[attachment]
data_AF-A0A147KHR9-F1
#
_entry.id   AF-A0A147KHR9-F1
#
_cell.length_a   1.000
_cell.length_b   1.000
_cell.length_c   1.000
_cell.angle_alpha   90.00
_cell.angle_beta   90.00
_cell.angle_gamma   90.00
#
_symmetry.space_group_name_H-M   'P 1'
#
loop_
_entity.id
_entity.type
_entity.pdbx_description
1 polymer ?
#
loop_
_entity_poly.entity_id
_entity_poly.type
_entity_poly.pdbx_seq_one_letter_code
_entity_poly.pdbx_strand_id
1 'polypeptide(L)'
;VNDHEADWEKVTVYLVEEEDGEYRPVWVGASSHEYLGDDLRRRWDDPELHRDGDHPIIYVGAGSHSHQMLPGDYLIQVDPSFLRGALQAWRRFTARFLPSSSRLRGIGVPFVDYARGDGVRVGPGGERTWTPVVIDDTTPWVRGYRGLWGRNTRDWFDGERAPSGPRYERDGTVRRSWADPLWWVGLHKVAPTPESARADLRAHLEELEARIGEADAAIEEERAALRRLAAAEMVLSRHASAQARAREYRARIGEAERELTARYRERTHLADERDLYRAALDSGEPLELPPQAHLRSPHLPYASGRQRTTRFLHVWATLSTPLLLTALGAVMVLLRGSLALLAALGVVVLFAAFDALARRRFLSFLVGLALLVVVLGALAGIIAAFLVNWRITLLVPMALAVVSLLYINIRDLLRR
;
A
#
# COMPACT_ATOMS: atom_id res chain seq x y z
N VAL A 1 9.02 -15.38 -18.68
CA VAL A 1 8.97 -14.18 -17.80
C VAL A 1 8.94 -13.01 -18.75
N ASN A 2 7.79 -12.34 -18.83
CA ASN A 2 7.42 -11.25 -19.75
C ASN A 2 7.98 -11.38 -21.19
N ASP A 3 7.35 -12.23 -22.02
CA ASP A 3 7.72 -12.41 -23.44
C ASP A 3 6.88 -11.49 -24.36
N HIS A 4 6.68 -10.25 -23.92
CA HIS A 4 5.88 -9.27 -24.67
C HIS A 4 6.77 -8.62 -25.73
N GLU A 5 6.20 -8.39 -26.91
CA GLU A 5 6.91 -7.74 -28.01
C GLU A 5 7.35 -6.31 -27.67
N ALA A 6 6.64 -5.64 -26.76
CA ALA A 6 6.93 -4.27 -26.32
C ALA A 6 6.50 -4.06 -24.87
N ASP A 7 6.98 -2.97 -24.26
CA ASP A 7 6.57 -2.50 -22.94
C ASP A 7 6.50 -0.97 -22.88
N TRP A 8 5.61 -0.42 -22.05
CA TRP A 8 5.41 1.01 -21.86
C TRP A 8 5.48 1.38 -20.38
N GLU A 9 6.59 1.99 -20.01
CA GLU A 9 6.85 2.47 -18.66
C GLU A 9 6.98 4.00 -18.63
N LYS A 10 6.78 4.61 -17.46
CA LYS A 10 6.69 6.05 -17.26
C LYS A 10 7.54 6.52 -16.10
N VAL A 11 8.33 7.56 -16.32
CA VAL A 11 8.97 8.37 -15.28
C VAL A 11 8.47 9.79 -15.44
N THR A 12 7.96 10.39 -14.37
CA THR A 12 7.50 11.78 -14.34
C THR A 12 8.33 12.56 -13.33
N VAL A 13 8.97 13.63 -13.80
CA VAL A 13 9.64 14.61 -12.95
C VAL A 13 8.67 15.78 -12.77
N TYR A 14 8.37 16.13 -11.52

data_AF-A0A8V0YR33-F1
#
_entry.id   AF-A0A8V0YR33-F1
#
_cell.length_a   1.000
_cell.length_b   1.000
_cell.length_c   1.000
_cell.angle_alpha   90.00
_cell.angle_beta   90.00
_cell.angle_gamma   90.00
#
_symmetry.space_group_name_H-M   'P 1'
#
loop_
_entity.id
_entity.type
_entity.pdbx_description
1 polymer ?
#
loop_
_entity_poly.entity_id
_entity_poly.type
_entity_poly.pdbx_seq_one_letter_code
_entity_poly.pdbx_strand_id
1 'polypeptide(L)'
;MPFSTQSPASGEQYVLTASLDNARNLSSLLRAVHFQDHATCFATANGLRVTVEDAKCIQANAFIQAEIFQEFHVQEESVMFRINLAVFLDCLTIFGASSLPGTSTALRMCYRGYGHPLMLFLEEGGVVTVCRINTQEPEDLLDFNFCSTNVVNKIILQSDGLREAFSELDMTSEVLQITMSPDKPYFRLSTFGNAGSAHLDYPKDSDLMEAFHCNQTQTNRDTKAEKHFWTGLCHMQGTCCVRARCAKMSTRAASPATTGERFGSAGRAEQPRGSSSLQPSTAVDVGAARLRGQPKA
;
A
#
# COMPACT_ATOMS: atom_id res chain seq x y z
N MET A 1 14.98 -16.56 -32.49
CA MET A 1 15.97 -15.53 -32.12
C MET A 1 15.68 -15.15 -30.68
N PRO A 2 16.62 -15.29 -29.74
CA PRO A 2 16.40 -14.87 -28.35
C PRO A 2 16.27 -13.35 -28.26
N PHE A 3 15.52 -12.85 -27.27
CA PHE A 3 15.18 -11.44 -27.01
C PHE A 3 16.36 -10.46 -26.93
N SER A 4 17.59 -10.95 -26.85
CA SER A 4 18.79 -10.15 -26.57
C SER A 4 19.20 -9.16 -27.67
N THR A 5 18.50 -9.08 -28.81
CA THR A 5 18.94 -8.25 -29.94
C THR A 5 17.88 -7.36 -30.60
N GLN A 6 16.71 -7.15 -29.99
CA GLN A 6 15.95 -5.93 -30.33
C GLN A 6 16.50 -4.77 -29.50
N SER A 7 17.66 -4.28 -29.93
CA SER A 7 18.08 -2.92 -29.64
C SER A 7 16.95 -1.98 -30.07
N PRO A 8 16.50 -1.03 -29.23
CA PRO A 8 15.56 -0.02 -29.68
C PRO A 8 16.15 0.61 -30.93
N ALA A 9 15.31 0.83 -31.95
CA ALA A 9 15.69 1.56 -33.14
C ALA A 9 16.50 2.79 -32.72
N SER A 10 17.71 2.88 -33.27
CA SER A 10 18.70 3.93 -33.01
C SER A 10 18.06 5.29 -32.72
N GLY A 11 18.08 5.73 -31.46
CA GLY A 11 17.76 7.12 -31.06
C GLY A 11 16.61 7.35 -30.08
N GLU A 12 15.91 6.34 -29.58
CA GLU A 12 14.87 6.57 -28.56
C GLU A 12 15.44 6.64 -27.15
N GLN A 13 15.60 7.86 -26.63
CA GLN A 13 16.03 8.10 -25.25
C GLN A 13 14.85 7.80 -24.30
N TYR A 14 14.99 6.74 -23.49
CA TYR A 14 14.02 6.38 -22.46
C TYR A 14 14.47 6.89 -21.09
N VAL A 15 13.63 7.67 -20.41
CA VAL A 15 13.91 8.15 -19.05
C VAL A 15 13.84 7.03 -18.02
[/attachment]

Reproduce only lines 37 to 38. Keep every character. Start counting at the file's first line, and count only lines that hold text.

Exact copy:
N ASP A 3 7.35 -12.23 -22.02
CA ASP A 3 7.72 -12.41 -23.44